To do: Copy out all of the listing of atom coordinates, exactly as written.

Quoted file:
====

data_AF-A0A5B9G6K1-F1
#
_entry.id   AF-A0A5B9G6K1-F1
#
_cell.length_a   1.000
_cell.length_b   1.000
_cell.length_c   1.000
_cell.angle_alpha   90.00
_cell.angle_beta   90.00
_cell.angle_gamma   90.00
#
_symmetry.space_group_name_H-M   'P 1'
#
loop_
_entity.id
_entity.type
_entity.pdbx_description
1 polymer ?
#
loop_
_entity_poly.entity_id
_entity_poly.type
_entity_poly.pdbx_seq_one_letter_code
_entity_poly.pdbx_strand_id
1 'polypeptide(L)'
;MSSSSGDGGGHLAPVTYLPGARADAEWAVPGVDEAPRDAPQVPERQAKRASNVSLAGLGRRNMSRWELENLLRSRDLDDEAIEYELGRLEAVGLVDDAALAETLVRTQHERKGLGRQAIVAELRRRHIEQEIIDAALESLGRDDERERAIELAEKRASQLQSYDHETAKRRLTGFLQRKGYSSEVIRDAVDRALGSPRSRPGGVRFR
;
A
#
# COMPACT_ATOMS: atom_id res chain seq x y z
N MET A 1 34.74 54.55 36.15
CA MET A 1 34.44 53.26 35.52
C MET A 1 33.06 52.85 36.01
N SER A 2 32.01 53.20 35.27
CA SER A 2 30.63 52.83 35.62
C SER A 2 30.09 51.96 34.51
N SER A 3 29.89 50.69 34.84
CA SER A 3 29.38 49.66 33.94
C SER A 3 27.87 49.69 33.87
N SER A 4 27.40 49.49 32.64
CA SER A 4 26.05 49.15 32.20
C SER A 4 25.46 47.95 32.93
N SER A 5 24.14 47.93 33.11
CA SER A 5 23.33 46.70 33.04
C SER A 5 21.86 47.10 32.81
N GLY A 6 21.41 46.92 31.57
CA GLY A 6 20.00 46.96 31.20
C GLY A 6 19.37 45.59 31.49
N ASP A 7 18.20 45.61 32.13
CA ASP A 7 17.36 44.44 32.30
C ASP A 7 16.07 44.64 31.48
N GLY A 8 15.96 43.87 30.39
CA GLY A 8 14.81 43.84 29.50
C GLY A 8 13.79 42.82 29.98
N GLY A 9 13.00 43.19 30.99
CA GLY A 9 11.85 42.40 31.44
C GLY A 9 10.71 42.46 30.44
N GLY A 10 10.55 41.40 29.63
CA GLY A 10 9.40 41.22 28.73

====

data_AF-A0A5B9G6K1-F1
#
_entry.id   AF-A0A5B9G6K1-F1
#
_cell.length_a   1.000
_cell.length_b   1.000
_cell.length_c   1.000
_cell.angle_alpha   90.00
_cell.angle_beta   90.00
_cell.angle_gamma   90.00
#
_symmetry.space_group_name_H-M   'P 1'
#
loop_
_entity.id
_entity.type
_entity.pdbx_description
1 polymer ?
#
loop_
_entity_poly.entity_id
_entity_poly.type
_entity_poly.pdbx_seq_one_letter_code
_entity_poly.pdbx_strand_id
1 'polypeptide(L)'
;MSSSSGDGGGHLAPVTYLPGARADAEWAVPGVDEAPRDAPQVPERQAKRASNVSLAGLGRRNMSRWELENLLRSRDLDDEAIEYELGRLEAVGLVDDAALAETLVRTQHERKGLGRQAIVAELRRRHIEQEIIDAALESLGRDDERERAIELAEKRASQLQSYDHETAKRRLTGFLQRKGYSSEVIRDAVDRALGSPRSRPGGVRFR
;
A
#
# COMPACT_ATOMS: atom_id res chain seq x y z
N MET A 1 34.74 54.55 36.15
CA MET A 1 34.44 53.26 35.52
C MET A 1 33.06 52.85 36.01
N SER A 2 32.01 53.20 35.27
CA SER A 2 30.63 52.83 35.62
C SER A 2 30.09 51.96 34.51
N SER A 3 29.89 50.69 34.84
CA SER A 3 29.38 49.66 33.94
C SER A 3 27.87 49.69 33.87
N SER A 4 27.40 49.49 32.64
CA SER A 4 26.05 49.15 32.20
C SER A 4 25.46 47.95 32.93
N SER A 5 24.14 47.93 33.11
CA SER A 5 23.33 46.70 33.04
C SER A 5 21.86 47.10 32.81
N GLY A 6 21.41 46.92 31.57
CA GLY A 6 20.00 46.96 31.20
C GLY A 6 19.37 45.59 31.49
N ASP A 7 18.20 45.61 32.13
CA ASP A 7 17.36 44.44 32.30
C ASP A 7 16.07 44.64 31.48
N GLY A 8 15.96 43.87 30.39
CA GLY A 8 14.81 43.84 29.50
C GLY A 8 13.79 42.82 29.98
N GLY A 9 13.00 43.19 30.99
CA GLY A 9 11.85 42.40 31.44
C GLY A 9 10.71 42.46 30.44
N GLY A 10 10.55 41.40 29.63
CA GLY A 10 9.40 41.22 28.73